var stopTime: UInt64 = 0
let numer: UInt64
let denom: UInt64

init()
{
var info = mach_timebase_info(numer: 0, denom: 0)
mach_timebase_info(&info)
numer = UInt64(info.numer)
denom = UInt64(info.denom)
}

mutating func start() { startTime = mach_absolute_time() }

mutating func stop() { stopTime = mach_absolute_time() }

var nanoseconds: UInt64 { return ((stopTime - startTime) * numer ) / denom }

var milliseconds : Double {  return Double(nanoseconds) / 1_000_000 }

var seconds: Double { return Double(nanoseconds) / 1_000_000_000 }
}

// Create an instance of Timer
var t = Timer()

t.start()
// some algorithm code here
t.stop()
print("Run time was \(t.seconds) seconds.")

My code for Binary Search in Swift 4:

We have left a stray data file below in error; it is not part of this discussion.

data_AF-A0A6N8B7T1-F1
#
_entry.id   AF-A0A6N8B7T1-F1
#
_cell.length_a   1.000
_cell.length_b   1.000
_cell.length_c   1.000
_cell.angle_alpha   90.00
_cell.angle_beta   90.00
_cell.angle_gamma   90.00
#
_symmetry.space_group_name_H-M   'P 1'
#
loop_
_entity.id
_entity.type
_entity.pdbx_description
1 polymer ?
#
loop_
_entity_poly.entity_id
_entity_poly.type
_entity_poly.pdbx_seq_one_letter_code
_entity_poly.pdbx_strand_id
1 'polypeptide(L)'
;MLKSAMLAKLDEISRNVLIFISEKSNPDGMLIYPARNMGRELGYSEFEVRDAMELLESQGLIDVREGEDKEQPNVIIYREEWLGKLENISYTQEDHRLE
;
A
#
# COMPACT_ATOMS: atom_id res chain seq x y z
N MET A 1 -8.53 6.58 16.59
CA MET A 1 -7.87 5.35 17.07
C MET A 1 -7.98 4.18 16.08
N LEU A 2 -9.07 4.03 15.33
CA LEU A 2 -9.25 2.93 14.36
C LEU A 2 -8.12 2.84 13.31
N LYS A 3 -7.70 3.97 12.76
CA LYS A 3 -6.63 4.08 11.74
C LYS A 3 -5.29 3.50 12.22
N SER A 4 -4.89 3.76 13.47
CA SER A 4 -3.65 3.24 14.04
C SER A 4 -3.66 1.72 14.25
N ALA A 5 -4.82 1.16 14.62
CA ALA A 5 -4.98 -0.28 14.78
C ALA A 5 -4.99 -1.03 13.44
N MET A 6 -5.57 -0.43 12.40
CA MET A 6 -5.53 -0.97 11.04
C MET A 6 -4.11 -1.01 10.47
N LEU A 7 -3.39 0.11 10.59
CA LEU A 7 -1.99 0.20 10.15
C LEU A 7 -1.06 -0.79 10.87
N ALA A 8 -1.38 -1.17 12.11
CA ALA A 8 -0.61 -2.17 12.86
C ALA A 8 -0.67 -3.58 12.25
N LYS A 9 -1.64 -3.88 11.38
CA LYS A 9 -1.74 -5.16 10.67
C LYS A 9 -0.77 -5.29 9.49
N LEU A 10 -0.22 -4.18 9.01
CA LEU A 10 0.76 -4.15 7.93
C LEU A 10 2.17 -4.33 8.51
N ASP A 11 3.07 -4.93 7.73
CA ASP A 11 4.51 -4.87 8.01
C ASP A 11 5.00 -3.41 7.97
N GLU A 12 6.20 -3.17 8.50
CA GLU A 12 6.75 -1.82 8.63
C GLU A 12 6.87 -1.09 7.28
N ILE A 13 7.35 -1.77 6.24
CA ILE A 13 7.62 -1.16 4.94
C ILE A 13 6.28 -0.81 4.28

func binarySearch (array: [Int], targetValue T: Int) -> (Int?, String?)
{
let A = array.sorted()	// Sort in case array isn't already sorted
var L = 0 				// Indices left of middle
var R = A.count - 1		// Indices right of middle
var m: Int				// Middle index

while L <= R
{
m = (L + R)/2 		// Set middle index value

// If value of the middle index is equal to search value, return index
if A[m] == T {
return (m, "Found index for \(T)")
} else if A[m] < T {
L = m + 1
} else {
// if A[m] > T
R = m - 1
}
}
return (nil, "None. Value \(T) was not found.")
}

I created a function that would make sorted arrays for me to test:

func createList (numberOfElements: Int) -> [Int]
{
var list = [Int]()

for i in 1..<numberOfElements
{
list.append(i)
}

return list
}

And here’s the code I used to test my binary search algorithm: